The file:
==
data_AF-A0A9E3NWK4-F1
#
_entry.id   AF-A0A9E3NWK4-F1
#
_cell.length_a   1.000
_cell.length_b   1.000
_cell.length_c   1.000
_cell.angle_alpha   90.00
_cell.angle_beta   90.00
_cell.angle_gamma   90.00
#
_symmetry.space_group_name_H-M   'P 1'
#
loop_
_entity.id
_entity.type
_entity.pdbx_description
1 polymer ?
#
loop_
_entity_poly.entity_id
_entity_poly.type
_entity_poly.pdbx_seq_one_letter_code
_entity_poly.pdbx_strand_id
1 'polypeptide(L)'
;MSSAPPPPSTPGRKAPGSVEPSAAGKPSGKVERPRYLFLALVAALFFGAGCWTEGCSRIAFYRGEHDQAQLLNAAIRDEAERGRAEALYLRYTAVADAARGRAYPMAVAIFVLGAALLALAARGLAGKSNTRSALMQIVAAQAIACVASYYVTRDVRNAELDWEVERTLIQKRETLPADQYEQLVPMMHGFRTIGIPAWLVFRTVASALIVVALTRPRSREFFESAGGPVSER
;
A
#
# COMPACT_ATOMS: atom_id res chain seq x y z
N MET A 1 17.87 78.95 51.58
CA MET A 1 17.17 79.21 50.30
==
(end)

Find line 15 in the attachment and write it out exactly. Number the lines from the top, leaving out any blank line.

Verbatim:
_entity.id